Application Support

Application monitoring is especially important, as already mentioned, when dealing with any system facing clients or customers. You need to know what’s working and how well it is working. Many applications may even have their own monitoring needs, which means that programs which are customizable in what application metrics they can monitor can be especially powerful!

SQL is a common database type used by many different applications and is frequently a key monitoring need – it’s worth noting that SQL monitoring via SCOM requires quite a complex setup, ultimately needing at least four separate machines to perform proper monitoring and parsing on the network environment. SolarWinds lacks this added complexity and natively monitors and tracks SQL activity without the need of a four-machine setup and configuration.

Common application Templates included for :Yes
Not much included, though can be created manually.
Number of applications with native support:
Over 200 and growingN/A
SQL Monitoring Support:
Performance, taxing queries, fragmentation, log size, etc.
Extremely robust, but requires at least four system setup simply to do any monitoring at all
Microsoft Exchange Monitoring:
Mailbox DB, Capacity, quota, Exchange store, and even more with added modules
Mailbox DB, Capacity, quota, Exchange store, similar offerings to SolarWinds NPM
Service levels:
Assign base line values for metrics, alerts for violation of baseline
Wide range of assignable options, some adjustable/some not, robust alerts
Central Event Console:
Download Now!View Website

VM & Hypervisor Support

Virtualized environments are by and large the norm in almost every IT infrastructure. Most any major system, application, or web service tends to be run on a virtualized environment – they’re just so much easier to setup and maintain and can save enormous amounts of time and money for both the IT department as well as the rest of the company. Outages can be swiftly resolved by firing up a few more VMs or re-imaging broken ones, downtime can be minimalized by running extensive internal testing and QA via virtual labs, there’s simply not a non-virtualized way to perform such tasks with such ease!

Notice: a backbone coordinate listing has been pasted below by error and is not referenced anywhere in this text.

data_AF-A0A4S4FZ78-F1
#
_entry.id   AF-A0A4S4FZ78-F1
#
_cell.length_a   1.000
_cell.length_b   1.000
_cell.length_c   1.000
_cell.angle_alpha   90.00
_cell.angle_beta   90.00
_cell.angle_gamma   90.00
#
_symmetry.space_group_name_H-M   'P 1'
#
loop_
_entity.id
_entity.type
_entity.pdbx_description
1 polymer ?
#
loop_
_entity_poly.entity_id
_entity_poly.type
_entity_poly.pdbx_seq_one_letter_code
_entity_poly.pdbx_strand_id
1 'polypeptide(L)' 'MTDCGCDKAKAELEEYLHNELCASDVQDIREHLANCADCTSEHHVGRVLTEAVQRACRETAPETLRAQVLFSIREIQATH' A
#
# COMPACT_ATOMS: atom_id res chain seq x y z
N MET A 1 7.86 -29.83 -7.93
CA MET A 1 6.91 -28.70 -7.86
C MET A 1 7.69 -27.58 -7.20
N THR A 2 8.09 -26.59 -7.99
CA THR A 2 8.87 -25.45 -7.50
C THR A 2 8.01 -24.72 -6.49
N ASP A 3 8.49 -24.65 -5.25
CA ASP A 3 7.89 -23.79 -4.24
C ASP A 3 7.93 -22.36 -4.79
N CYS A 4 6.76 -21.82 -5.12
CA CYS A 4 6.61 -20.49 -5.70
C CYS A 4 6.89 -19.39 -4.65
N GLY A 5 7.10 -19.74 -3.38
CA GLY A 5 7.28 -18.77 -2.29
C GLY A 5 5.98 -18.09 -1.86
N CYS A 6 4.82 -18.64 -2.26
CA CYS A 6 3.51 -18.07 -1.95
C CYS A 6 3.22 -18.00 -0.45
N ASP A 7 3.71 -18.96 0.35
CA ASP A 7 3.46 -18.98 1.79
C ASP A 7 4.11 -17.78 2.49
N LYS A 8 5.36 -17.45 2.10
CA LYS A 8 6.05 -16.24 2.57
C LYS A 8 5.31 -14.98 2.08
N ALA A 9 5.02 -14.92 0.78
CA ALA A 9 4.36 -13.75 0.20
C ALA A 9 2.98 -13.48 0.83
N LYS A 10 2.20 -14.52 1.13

And that’s why being able to monitor your virtual environment is just as powerful. Robust software which can pull in the key stats of the environment, both host and VM, help you assess the overall state of your virtualized infrastructure. Managing this firsthand can generally be done to some degree with some of the basic hypervisor options, but they simply do not have the breadth to easily and swiftly monitor medium to large virtualized systems and will hamper the speed at which you can configure, assess, and troubleshoot.

Hypervisor support :Hyper-V, ESX(i), vSphere
Hyper-V, can be integrated into other environments but not easy/requires additional packs/installs in hypervisor
Inventory summary:
Display Host and VM counts as well as resource totalsDisplay host and VM counts as well as resource totals
Resource monitoring:
Host & VM CPU/Memory, Host network utilization/VM Network traffic
Host & VM CPU/Memory, Host network utilization/VM Network traffic
Download Now!View Website


SCOM has some pretty heavy, and specific, requirements when it comes to your hardware and software configurations in your network environment. It is definitely remarkably expandable, much in the same ways as SolarWinds’ NPM, but once again the sheer challenge of a proper setup and configuration alone can easily push one away from SCOM and towards other options in similar ranges of price.

It’s not unusual to undertake an especially daunting initial installation process for something that really fits the bill as far as needs go, but general maintenance often can be similarly challenging with updates and major overhauls to your network environment, further complicating and potentially extending what can already be unpleasant downtime. SolarWinds’ NPM, on the other hand, has an excellent capacity to expand modularly into larger networks and data-centers without having to start over from the beginning!

SCOM is a powerful program that is held back by its limitation to Windows-focused environments and unusually complex setup and configuration requirements. While it does include several unique Windows-specific functionality and capabilities much of the same, and more, functionality exists in SolarWinds’ NPM – especially in regards to monitoring functionality overall. In addition, you aren’t restricted so heavily in your hypervisor choice nor your OS environment!

For those who have particular need of SCOM’s handful of unique functions it can be quite tempting, but the initial setup and configuration is remarkably daunting in some situations and, what’s more, general maintenance and updates can pose equal challenges in time. SolarWinds has nearly identical capabilities in terms of general monitoring, and provides a much easier process for installation, configuration, and maintenance. Additionally, due to the limitation of VM environments and compatibility, many networks will be unable to fully utilize SCOM without dramatically altering or changing the virtualization setup of their environment, which can be costly in terms of time as well as licensing.